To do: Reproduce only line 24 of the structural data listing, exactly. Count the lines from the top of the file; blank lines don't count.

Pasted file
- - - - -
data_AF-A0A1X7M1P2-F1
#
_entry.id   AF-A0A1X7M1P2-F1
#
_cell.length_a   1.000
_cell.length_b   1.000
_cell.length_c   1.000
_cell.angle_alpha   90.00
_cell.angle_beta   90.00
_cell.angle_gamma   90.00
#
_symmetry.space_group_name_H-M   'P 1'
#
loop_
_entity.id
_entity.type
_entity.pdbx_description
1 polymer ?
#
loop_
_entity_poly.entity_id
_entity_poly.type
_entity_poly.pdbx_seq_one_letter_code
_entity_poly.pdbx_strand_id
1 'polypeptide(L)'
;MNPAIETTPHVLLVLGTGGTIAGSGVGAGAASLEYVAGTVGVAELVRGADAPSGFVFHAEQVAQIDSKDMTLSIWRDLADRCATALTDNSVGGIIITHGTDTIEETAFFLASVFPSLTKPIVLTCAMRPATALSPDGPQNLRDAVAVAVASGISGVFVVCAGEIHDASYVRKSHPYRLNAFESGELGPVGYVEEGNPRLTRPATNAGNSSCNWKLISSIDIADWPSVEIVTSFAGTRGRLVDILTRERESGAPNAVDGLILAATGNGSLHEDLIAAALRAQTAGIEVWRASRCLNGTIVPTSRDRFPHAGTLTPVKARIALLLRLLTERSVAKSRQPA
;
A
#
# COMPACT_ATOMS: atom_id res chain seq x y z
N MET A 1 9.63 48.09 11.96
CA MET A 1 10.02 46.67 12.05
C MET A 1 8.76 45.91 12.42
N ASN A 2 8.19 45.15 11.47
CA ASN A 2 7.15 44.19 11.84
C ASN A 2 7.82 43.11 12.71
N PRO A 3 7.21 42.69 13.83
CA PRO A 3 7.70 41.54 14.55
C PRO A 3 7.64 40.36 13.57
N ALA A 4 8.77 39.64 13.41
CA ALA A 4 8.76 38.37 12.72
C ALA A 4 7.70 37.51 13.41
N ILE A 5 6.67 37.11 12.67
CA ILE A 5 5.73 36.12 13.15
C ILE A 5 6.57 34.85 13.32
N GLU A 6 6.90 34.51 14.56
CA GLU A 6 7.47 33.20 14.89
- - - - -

_entity_poly.pdbx_strand_id